2. Materials and Methods

2.1. Sample Collection

A total of 255 individuals including 125 T2DM patients with DFU and 130 age matched controls were enrolled for this hospital based case control study. Recruitment of patients was done from OPD clinics of the University Hospital, Institute of Medical Sciences, Banaras Hindu University, Varanasi, India. All the cases were subjected for clinical and laboratory evaluation (Table 1) and the family history, habits, and duration of disease were recorded through a questionnaire. A total of 130 non-type 2 diabetic individuals belonging to similar ethnicity, with controlled fasting or postprandial sugar levels and without any other inflammatory or chronic disease, were included in the study as controls. Informed consent was obtained from all the subjects to carry out molecular analysis. Institutional ethical committee approval was obtained.

tab1
Table 1: Biochemical and demographic parameters of DFU patients (). Data are presented as mean ± SD or as number (percentage).
2.2. Genotyping of SNPs by PCR-RFLP

Genomic DNA was extracted from peripheral blood using standard salting-out procedure. The SNPs of TLR4 gene, namely, Asp299Gly (rs4986790), Thr399Ile (rs4986791), rs11536858, rs1927911, and rs1927914 were analyzed using polymerase chain reaction restriction fragment length polymorphism (PCR-RFLP). The methodology and the implicated primers in the study are provided in Table 2. The PCR reaction set up was composed of an initial denaturation step of 5 minutes followed by 35 cycles of 40 seconds at 94°C, 45 seconds 58°C, and 40 seconds at 72°C. It was then followed by a final extension step of 10 minutes. The amplified products of the SNPs rs4986790, rs4986791, rs11536858, rs1927911, and rs1927914, were digested with restriction enzymes BccI, BslI, KpnI, StyI, and SphI, respectively. The restricted products were separated on 3% agarose gel (Figure 1).

tab2
Table 2: Primers for PCR-RFLP of the TLR4, restriction enzymes used, and base pair products for genotypes.
fig1
Figure 1: Polymerase chain reaction-restriction fragment length polymorphism (PCR-RFLP) analysis of five SNPs of the Toll-like receptor 4 (TLR4) gene. (a) For genotyping rs4986790, the 140 bp PCR product was digested with BccI. The A allele is not cut by the enzyme, whereas the G allele yields 77 and 63 bp products. (b) For genotyping rs4986791, the 110 bp PCR product was digested with BslI. The T allele is not cut by the enzyme, whereas the C allele yields 89 and 21 bp products. (c) For genotyping rs1927911, the 203 bp PCR product was digested with StyI. The T allele is not cut by the enzyme, whereas the C allele yields 178 and 25 bp products. (d) For genotyping rs11536858, the 241 bp PCR product was digested with KpnI. The A allele is not cut by the enzyme, whereas the G allele yields 190 and 51 bp products. (e) For genotyping rs1927914, the 157 bp PCR product was digested with SphI. The T allele is not cut by the enzyme, whereas the C allele yields 90 and 67 bp products.
2.3. Statistical Analysis for Genotype Comparison

Allele and genotype distribution among groups were evaluated using chi-square test. The difference in the frequencies between the case and the control groups was analyzed for statistical significance at the 95% confidence interval (CI) using test. The allele frequencies of all SNPs were in Hardy-Weinberg equilibrium. Odds ratios (ORs) were calculated and reported within the 95% confidence limits. A two-tailed value of ≤0.05 was considered as statistically significant. Power (sensitivity) of the study was calculated using software GraphPad Prism. Power > 80% is considered as statistically significant.

2.4. Linkage Disequilibrium (LD) and Haplotype Analysis

Haplotype frequencies and LD were calculated using Haploview software (Version 4.2) developed at “The Broad Institute” (http://www.broadinstitute.org/), which is based on the EM algorithm. The standardized disequilibrium coefficient and correlation coefficient between these SNPs were also analyzed using the LD plot function of this software to find certain allelic combinations of SNPs above that may alter the risk of DFU.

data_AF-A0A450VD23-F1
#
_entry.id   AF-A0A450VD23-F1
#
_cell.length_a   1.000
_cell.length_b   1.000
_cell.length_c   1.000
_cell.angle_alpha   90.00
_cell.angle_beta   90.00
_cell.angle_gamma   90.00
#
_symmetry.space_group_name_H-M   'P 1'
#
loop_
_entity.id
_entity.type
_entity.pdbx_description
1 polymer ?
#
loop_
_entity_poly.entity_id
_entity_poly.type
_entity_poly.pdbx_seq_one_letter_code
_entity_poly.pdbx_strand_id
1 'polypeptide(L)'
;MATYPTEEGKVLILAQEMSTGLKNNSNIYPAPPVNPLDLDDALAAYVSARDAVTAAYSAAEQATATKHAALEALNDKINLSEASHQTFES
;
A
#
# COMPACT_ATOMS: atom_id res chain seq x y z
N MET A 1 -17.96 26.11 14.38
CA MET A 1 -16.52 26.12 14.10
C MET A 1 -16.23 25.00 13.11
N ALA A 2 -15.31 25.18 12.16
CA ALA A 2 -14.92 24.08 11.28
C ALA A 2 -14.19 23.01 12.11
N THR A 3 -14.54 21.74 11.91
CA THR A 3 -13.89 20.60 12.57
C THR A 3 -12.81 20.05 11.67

2.5. ANN Modelingfor DFU Risk Assessment

Artificial neural networks (ANN) have emerged as a result of simulation of biological nervous system, such as the brain on a computer. Artificial neural networks are represented as a set of nodes called neurons and connections between them. The connections have weights associated with them, representing the strength of those connections. Nowadays neural networks can be applied to problems that do not have algorithmic solutions or problems for which algorithmic solutions are too complex to be found. In other words the kind of problems in which inputs and outputs variables do not have a clear relationship between them, a neural network is an efficient approach in such problems. Several research groups have suggested ANN as a useful approach for genetic epidemiology. We have tried to model complex relationship between the genotypes and occurrence of DFU.

The neural network paradigm adopted in this study utilizes the back-propagation learning algorithm [17]. A standard back propagation neural network consists of a number of interconnected processing units, commonly referred to as “artificial neurons.” Neurons are arranged into two or more layers and interact with each other via weighted connections. These scalar weights determine the nature and strength of influence between the interconnected neurons. Each neuron is connected to all the neurons in the next layer. There is an input layer where data are presented to the neural network, and an output layer that holds the response of the network to the input. It is the intermediate layers, known as hidden layers that enable these networks to represent and compute complicated associations between patterns. The network once trained allows complex problems to be solved without requiring the detailed dynamics of the actual system.

The back-propagation training algorithm is an iterative gradient process designed to minimize the mean square error between the actual output of a multilayer feedforward network and the desired output. Network is trained using a simple teacher-enforced training. The back-propagation training algorithm based on Levenberg-Marquardt back propagation. LM was used to train the present model. Levenberg-Marquardt back propagation is a fast back propagation algorithm and is recommended as a first choice for supervised learning.